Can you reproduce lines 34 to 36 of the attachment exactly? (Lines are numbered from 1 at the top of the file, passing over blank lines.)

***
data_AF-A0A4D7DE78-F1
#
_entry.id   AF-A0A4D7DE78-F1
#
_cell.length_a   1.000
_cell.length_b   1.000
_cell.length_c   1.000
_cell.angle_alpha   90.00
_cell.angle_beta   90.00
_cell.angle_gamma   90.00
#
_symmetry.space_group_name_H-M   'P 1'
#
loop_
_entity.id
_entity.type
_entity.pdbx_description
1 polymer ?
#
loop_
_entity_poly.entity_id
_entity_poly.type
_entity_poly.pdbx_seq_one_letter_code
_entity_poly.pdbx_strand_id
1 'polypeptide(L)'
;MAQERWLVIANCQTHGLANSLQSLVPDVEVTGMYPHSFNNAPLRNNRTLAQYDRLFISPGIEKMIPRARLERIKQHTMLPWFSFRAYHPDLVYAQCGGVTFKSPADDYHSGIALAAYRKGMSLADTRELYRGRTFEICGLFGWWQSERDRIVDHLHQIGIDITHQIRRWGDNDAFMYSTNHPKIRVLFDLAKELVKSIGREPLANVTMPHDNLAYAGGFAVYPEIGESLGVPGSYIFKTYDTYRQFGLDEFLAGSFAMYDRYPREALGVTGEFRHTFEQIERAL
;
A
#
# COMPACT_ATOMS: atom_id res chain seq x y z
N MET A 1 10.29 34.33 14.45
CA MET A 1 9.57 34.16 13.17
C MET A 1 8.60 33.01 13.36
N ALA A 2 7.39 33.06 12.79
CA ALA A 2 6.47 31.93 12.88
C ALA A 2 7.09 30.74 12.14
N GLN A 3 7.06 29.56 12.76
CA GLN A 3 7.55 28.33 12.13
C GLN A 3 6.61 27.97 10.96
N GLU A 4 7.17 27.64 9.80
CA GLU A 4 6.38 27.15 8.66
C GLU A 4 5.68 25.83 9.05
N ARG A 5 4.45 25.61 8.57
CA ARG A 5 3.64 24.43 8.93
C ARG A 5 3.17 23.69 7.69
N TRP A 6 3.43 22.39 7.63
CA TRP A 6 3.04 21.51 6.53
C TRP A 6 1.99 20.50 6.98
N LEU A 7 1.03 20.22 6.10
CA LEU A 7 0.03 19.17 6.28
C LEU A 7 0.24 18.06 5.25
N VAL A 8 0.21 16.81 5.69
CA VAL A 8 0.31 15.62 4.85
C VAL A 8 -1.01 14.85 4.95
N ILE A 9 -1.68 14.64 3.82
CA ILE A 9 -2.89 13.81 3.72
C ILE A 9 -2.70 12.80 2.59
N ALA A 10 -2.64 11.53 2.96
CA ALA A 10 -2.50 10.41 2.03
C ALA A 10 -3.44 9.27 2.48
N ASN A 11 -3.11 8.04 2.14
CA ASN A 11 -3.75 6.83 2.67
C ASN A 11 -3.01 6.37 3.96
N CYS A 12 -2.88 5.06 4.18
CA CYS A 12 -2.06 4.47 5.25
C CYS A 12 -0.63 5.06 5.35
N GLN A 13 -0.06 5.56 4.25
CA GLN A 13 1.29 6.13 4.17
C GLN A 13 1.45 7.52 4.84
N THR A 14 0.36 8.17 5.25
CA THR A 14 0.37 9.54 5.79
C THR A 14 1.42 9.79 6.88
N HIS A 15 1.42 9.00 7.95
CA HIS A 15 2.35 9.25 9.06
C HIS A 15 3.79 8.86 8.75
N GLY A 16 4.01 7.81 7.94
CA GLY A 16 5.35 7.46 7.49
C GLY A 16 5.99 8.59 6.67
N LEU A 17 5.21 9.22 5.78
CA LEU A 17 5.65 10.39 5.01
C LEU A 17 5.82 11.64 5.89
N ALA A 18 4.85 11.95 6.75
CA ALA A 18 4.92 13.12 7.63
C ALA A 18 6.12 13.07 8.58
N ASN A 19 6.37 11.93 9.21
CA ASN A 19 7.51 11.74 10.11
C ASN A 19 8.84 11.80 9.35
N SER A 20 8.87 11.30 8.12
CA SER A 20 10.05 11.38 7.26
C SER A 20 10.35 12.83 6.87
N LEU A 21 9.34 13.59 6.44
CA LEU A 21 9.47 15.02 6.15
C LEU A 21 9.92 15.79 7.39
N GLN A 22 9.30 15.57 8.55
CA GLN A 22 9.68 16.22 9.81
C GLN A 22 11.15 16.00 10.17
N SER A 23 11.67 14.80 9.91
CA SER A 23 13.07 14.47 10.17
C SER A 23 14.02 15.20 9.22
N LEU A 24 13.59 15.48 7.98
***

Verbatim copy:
N ALA A 2 7.39 33.06 12.79
CA ALA A 2 6.47 31.93 12.88
C ALA A 2 7.09 30.74 12.14